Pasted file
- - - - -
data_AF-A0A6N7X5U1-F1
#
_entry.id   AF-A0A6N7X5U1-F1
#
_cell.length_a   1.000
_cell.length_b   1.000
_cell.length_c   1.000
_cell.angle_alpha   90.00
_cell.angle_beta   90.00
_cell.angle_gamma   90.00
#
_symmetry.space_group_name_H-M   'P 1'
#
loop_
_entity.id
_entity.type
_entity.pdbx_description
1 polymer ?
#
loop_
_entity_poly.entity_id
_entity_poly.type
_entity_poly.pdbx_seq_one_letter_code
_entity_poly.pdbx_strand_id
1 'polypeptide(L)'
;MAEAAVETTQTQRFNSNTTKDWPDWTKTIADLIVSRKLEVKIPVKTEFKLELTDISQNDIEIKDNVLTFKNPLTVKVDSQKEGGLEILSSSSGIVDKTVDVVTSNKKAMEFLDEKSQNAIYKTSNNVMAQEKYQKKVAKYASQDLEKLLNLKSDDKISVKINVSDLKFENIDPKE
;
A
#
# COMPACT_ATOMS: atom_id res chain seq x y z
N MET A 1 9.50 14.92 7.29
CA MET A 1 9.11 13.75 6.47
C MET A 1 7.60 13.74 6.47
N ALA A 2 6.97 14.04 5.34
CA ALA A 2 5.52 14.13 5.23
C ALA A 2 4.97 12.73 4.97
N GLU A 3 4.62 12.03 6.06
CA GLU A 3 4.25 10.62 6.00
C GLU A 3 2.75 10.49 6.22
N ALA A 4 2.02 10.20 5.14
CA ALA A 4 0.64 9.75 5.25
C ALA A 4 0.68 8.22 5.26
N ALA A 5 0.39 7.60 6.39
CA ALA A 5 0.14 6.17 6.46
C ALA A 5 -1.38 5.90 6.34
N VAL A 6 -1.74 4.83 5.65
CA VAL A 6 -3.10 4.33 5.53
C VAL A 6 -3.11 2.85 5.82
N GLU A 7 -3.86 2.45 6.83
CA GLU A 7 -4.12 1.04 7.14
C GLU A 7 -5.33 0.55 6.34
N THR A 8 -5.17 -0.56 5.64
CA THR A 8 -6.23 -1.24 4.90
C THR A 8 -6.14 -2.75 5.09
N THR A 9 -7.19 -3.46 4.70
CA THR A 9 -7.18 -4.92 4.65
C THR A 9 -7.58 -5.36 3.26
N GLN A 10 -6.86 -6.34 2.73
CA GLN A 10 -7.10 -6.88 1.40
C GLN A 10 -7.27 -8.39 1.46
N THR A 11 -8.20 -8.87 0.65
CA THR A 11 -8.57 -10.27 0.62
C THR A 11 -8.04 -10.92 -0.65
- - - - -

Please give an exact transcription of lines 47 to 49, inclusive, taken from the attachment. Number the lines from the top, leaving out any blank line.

CA VAL A 6 -3.10 4.33 5.53
C VAL A 6 -3.11 2.85 5.82
N GLU A 7 -3.86 2.45 6.83